Riding the rails of history

Eland Day celebration on Saturday
Miriam Nelson | New Media
President of Eland Historical Society Mike Ekern stands next to the drying rack used by the brick making company in Ringle. Clay was molded, put on the racks, the racks pushed into the kilns, the kilns were lit and the clay became bricks.
Miriam Nelson
Wittenberg-Birnamwood News Editor

ELAND — Summer time celebrations define life in Wisconsin and Eland celebrates a nod to the past on Saturday.

The festivities, from 11 a.m. to 4 p.m., for family friendly Eland Day include food and retail vendors and access to all things railroad. Sponsored by the village of Eland and the Eland Historical Society this offers a chance to reconnect with the past.

Evidence of this life from the 1880s and beyond can be found in the Eland Depot at N7718 Wheeler Ave., which now serves as the museum for the Eland Historical Society. Thanks to the generous donations from descendants of those who lived in the area and were employed by the railroads, there are railroad tools and railroad artifacts, and historic photos of the Eland railroad, businesses and homes.

In the days of steam locomotives, Eland was a major junction for the train lines. The Wiowash Trail from Oshkosh to Ashland intersected with the Mountain Bay Trail from Ft. Howard to Wausau to Marshfield. Eland was the only place where the trails intersected.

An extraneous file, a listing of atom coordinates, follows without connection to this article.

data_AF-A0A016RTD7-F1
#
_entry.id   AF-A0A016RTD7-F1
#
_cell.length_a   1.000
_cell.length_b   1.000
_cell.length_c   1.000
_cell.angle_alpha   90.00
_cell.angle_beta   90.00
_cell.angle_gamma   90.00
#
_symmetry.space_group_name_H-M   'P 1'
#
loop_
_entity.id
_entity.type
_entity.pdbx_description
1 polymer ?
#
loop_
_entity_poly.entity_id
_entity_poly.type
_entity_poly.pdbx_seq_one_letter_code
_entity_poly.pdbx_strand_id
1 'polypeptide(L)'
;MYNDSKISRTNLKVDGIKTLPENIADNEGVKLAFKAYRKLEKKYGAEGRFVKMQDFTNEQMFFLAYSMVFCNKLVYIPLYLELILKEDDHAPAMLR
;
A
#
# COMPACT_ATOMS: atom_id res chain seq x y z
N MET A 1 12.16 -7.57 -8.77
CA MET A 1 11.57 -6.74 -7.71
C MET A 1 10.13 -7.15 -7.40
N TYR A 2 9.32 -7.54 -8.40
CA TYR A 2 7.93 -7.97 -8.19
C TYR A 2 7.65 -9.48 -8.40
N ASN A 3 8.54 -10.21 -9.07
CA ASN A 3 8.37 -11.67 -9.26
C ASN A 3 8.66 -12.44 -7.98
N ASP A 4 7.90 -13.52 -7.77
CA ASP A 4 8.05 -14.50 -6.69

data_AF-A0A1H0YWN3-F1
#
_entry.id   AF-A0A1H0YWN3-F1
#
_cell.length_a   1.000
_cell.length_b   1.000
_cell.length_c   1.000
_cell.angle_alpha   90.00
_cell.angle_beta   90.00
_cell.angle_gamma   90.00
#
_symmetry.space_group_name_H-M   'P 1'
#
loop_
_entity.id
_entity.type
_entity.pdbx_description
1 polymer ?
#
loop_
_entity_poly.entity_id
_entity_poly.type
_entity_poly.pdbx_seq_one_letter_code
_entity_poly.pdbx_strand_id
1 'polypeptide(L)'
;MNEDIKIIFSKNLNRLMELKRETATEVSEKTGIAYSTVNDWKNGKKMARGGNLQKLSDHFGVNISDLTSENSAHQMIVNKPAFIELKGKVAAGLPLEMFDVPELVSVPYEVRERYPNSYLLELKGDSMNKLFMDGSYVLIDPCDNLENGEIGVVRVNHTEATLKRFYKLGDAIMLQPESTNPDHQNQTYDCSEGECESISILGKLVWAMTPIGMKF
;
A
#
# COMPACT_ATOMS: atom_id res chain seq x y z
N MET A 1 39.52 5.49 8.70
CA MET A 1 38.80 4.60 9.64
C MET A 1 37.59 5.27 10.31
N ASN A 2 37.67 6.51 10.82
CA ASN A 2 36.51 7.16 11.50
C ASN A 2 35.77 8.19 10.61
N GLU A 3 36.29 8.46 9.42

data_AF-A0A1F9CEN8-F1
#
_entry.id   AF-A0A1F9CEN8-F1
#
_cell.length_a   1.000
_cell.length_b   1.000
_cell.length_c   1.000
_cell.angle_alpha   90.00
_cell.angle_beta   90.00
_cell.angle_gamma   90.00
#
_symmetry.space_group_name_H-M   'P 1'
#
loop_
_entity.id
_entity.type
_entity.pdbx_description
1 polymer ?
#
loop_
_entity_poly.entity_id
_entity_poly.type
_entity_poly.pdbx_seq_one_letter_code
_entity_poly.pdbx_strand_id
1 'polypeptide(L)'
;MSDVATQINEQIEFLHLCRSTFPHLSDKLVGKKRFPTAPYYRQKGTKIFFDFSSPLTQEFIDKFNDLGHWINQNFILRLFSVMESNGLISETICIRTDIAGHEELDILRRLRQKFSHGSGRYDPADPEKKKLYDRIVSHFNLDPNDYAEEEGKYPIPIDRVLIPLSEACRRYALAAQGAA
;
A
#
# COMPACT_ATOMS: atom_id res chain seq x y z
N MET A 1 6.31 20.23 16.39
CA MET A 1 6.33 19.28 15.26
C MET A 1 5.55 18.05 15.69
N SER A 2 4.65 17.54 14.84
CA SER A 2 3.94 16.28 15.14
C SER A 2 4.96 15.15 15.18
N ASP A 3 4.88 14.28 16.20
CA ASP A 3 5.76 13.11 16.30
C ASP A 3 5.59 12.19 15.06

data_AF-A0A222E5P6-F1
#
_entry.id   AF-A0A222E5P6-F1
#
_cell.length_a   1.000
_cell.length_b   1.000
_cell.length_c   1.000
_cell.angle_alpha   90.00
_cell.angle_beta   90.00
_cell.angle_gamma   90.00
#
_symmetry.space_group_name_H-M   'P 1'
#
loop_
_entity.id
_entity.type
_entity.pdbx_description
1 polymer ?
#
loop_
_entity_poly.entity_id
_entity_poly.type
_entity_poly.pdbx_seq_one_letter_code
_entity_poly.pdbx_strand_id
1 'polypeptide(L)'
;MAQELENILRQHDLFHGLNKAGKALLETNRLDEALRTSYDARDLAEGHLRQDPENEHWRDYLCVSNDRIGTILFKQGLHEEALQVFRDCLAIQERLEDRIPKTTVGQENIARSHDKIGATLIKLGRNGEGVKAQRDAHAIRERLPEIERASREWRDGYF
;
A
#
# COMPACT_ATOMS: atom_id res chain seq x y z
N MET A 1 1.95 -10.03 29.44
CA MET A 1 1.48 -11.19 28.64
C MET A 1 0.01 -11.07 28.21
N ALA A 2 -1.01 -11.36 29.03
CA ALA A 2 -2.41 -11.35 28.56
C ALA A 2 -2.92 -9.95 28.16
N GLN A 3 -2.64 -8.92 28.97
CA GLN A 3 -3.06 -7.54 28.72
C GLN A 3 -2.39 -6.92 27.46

Freight would come up from Milwaukee or over from Green Bay and the Eland yard had 13 different tracks where they could switch out engines and cars for a variety of destinations.

According to society president Mike Ekern, around 80-90 trains a day passed through Eland during the steam engine days. The town thrived on the train business. There were two hotels, three churches, and a school.

Local historian Rod Best acknowledged the village started to decline when the line from Green Bay was abandoned in April 1993. There’s a picture in the museum taken on Jan. 30, 1994, of the last train rolling out of Eland with engineer J.J. Zabransky and James Buss, conductor.

Preserving the history is a passion for some. Ekern said that Dave and Kay Norrbom and Gus and Ann Weller have made and sought donations and continue to generate interest for the society.

“We’ve been fortunate to have generous donors over the years,” Ekern said. “What we need now is some fresh blood to take over and carry on the history.”

Ekern and other members of the historical society hope that Eland Day will bring out people interested in getting involved in preserving the history of the area.

On Saturday there will be free access to the museum as well as family-friendly train rides. Rail equipment on display includes a Plymouth locomotive, two speedsters, an 1880s handcar and an rail express wagon.

Food for sale will be provided by Hula Hut, Pack 447 Cub Scouts and Carol’s Kettle Corn. Vendors will have tents set up to sell handcrafted and retail items.